Using Stimulation To Your Advantage
By Brendan Brazier • May 24th, 2010 • 15304 Views
Not all stimulation is bad or always has a negative effect. It will always result in greater fatigue as mentioned above, but depending on what it is summoned for will determine its value. When the adrenal glands are stimulated in order to achieve something that could not be done (or done as well) without this stimulation, the stress that results can be viewed as positive. Or classified as “production stress”, as I term it in my book, The Thrive Diet.
Here’s a way in which stimulation can be used to ones advantage: An athlete who has recalibrated by eating a clean diet and has abstained from all stimulating foods — including cacao — can benefit from a small amount of adrenal stimulation before a race. Drinking a cup of yerba maté (a South American herb) or eating a small amount of cacao before a race will boost performance. The caffeine in the yerba maté or cacao will stimulate the adrenal glands, thereby improving endurance and facilitating a better performance than would have otherwise been possible. This will also bring about greater fatigue within a day or two, and that’s fine. At the time of the race, the athlete simply borrowed energy from the future to fuel performance. Extra fatigue a day or two later will be a small price to pay for his elevated performance. The same holds true for those trying to get more done at work. Stimulation can enable them to achieve more in the short term.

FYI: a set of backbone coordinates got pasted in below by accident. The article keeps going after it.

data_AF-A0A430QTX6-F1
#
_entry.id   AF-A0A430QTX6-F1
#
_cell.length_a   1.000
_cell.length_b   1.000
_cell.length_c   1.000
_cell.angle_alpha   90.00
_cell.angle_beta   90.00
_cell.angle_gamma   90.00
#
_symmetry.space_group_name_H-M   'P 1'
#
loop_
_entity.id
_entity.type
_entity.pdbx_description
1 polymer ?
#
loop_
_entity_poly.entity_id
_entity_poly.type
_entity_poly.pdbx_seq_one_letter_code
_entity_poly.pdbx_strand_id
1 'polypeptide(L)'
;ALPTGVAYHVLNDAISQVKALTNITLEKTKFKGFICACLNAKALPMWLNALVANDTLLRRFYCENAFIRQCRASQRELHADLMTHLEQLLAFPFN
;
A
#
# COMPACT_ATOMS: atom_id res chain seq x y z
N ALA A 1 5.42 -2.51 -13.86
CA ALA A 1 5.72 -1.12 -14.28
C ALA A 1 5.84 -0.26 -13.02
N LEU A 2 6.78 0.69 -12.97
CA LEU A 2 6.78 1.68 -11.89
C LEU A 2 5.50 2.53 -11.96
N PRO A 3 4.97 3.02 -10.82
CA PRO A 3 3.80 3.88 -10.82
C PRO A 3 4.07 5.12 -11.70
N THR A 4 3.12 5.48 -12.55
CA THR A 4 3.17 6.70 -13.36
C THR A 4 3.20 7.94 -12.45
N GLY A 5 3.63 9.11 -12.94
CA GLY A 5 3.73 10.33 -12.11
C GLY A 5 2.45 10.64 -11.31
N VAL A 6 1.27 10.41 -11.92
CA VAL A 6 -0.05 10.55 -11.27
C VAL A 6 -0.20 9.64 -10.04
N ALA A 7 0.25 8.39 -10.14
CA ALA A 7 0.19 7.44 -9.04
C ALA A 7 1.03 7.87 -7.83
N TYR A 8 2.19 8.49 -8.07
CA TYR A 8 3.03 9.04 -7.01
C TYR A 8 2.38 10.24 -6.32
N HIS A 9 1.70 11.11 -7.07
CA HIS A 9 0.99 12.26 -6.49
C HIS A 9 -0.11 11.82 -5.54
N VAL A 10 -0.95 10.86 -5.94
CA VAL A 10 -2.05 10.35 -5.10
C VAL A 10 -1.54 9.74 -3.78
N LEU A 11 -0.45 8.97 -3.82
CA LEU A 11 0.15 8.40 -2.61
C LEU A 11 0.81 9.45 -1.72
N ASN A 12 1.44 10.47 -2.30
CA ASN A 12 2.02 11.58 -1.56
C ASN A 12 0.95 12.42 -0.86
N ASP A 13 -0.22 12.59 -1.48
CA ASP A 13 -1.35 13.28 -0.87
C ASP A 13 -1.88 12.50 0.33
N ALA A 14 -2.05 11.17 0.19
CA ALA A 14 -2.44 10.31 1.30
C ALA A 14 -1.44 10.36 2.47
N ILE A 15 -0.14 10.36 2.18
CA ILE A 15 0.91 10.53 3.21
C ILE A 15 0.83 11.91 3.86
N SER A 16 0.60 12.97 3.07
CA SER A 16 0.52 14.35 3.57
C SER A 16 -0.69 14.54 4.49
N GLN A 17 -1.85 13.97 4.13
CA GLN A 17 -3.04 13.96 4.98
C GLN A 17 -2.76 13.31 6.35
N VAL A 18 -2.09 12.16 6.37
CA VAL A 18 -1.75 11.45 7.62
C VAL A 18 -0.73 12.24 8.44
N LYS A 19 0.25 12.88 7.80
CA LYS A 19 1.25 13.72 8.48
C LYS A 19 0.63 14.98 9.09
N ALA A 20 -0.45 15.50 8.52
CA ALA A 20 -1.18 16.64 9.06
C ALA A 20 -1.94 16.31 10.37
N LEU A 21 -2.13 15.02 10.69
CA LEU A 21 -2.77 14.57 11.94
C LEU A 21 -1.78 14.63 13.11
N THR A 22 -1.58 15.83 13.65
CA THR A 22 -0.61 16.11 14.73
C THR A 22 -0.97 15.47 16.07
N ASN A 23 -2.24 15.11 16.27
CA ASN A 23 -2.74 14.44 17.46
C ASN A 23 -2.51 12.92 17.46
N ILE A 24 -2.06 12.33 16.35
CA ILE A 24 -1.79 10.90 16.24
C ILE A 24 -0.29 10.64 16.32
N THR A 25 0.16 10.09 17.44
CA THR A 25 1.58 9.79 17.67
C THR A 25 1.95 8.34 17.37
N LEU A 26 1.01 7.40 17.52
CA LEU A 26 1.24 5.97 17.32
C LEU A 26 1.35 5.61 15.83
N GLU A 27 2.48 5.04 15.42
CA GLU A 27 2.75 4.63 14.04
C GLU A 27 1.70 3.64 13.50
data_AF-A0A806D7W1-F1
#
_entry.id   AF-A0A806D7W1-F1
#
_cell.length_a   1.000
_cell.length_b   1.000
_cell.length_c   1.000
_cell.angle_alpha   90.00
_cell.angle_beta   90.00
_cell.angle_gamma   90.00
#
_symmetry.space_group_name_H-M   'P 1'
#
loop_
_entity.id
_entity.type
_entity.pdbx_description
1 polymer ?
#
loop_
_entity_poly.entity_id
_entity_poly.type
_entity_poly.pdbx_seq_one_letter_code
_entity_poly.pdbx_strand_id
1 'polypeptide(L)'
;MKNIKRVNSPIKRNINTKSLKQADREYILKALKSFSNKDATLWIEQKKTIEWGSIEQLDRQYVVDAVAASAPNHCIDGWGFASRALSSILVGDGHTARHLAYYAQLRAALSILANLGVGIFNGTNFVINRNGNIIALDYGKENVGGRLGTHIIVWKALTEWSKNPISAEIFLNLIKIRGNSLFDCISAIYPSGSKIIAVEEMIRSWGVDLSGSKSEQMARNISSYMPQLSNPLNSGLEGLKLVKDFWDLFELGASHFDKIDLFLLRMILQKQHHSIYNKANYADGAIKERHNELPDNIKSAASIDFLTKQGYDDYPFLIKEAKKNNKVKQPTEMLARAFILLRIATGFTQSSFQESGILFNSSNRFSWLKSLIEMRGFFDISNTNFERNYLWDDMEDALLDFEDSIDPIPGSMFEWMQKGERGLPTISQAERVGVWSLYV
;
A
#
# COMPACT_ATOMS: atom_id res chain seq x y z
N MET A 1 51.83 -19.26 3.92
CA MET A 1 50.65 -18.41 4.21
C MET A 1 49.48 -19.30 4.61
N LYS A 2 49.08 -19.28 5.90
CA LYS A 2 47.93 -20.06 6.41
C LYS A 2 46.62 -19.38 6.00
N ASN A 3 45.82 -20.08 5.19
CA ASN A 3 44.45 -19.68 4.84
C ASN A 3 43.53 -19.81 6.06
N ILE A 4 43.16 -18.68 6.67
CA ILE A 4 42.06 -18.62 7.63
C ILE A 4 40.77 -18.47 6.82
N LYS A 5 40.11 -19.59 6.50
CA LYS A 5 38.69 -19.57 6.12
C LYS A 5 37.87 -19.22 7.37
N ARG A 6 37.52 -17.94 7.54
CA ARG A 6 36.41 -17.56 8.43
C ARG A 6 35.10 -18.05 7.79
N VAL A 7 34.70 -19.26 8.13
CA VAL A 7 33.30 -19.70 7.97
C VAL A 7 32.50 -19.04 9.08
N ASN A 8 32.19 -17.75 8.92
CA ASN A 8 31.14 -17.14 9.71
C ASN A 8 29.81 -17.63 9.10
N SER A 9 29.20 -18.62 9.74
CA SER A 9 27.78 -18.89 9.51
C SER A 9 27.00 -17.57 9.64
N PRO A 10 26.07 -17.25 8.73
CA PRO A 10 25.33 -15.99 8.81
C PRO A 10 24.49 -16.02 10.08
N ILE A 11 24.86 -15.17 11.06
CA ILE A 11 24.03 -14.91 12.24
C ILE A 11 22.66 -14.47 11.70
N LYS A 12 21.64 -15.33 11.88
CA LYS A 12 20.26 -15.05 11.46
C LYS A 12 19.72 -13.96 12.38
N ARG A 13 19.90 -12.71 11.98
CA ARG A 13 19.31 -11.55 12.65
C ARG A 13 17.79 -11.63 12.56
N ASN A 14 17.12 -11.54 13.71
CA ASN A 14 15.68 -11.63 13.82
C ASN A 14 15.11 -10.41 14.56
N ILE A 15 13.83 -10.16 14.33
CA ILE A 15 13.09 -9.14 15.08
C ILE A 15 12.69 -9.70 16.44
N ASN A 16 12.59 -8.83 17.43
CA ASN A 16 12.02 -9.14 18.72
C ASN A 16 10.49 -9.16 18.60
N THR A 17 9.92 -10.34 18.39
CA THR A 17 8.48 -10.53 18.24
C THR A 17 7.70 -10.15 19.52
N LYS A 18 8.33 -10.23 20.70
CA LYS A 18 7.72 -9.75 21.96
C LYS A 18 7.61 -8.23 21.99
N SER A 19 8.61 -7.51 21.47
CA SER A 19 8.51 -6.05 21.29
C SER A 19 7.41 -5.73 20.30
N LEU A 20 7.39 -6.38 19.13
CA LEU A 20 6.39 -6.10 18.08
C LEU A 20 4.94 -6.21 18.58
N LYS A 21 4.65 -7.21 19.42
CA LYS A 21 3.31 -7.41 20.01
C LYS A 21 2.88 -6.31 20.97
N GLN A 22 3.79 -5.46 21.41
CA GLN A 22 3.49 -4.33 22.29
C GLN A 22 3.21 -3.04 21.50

However, if this borrowing strategy is used too often, it will lose its effectiveness and simply become another form of stress that perpetuates the cycle. To be effective, the strategy can be used only a few times a month, once a week at most, for those times when a boost would really be beneficial. Ideally, you would rarely, if ever, need it; a healthy diet that is stimulant-free will provide you energy by nourishment.
If stimulation is used when it will not help you achieve something of value, it is of no value, and as explained above, a detriment. I term it uncomplementary stress in The Thrive Diet. I consider the regular consumption of cacao a form of an uncomplementary stress. I view it as a form of credit, similar to shopping with a credit card. You get energy now that you don’t actually have, but you pay for it later — when the...
Nutrition, Healthier Diet, Health Promoting Foods, Vegetarian Diet, Healthy Living, Overall Health